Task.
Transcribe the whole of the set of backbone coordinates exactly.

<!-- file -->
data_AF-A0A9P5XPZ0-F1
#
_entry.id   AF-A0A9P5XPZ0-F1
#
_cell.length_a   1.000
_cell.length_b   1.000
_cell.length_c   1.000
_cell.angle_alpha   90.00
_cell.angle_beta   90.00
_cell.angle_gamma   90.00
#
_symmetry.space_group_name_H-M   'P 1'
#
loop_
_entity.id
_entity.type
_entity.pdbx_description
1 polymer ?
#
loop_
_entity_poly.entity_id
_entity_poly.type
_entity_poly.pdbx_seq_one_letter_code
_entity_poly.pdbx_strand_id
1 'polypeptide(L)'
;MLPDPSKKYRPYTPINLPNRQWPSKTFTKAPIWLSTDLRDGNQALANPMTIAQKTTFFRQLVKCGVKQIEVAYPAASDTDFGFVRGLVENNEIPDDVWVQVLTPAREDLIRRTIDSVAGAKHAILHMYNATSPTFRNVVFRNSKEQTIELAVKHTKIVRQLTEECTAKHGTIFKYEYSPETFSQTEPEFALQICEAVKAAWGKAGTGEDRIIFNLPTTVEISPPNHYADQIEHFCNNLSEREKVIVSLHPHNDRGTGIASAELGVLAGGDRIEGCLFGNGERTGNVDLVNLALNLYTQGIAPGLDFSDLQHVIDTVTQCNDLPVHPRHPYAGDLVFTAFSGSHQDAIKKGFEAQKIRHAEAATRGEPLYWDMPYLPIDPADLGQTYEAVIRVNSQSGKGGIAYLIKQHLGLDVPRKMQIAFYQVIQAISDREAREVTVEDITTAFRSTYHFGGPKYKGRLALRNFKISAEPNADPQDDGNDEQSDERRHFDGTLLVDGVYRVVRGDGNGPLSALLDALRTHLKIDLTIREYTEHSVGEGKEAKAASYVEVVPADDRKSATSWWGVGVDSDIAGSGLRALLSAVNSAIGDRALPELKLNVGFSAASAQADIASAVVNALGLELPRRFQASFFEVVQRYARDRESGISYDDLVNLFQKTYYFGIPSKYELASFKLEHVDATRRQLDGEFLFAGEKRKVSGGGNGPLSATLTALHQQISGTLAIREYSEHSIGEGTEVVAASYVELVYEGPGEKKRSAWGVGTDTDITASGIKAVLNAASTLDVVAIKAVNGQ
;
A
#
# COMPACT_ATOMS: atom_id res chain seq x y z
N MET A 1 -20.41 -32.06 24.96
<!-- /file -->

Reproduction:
data_AF-A0A9P5XPZ0-F1
#
_entry.id   AF-A0A9P5XPZ0-F1
#
_cell.length_a   1.000
_cell.length_b   1.000
_cell.length_c   1.000
_cell.angle_alpha   90.00
_cell.angle_beta   90.00
_cell.angle_gamma   90.00
#
_symmetry.space_group_name_H-M   'P 1'
#
loop_
_entity.id
_entity.type
_entity.pdbx_description
1 polymer ?
#
loop_
_entity_poly.entity_id
_entity_poly.type
_entity_poly.pdbx_seq_one_letter_code
_entity_poly.pdbx_strand_id
1 'polypeptide(L)'
;MLPDPSKKYRPYTPINLPNRQWPSKTFTKAPIWLSTDLRDGNQALANPMTIAQKTTFFRQLVKCGVKQIEVAYPAASDTDFGFVRGLVENNEIPDDVWVQVLTPAREDLIRRTIDSVAGAKHAILHMYNATSPTFRNVVFRNSKEQTIELAVKHTKIVRQLTEECTAKHGTIFKYEYSPETFSQTEPEFALQICEAVKAAWGKAGTGEDRIIFNLPTTVEISPPNHYADQIEHFCNNLSEREKVIVSLHPHNDRGTGIASAELGVLAGGDRIEGCLFGNGERTGNVDLVNLALNLYTQGIAPGLDFSDLQHVIDTVTQCNDLPVHPRHPYAGDLVFTAFSGSHQDAIKKGFEAQKIRHAEAATRGEPLYWDMPYLPIDPADLGQTYEAVIRVNSQSGKGGIAYLIKQHLGLDVPRKMQIAFYQVIQAISDREAREVTVEDITTAFRSTYHFGGPKYKGRLALRNFKISAEPNADPQDDGNDEQSDERRHFDGTLLVDGVYRVVRGDGNGPLSALLDALRTHLKIDLTIREYTEHSVGEGKEAKAASYVEVVPADDRKSATSWWGVGVDSDIAGSGLRALLSAVNSAIGDRALPELKLNVGFSAASAQADIASAVVNALGLELPRRFQASFFEVVQRYARDRESGISYDDLVNLFQKTYYFGIPSKYELASFKLEHVDATRRQLDGEFLFAGEKRKVSGGGNGPLSATLTALHQQISGTLAIREYSEHSIGEGTEVVAASYVELVYEGPGEKKRSAWGVGTDTDITASGIKAVLNAASTLDVVAIKAVNGQ
;
A
#
# COMPACT_ATOMS: atom_id res chain seq x y z
N MET A 1 -20.41 -32.06 24.96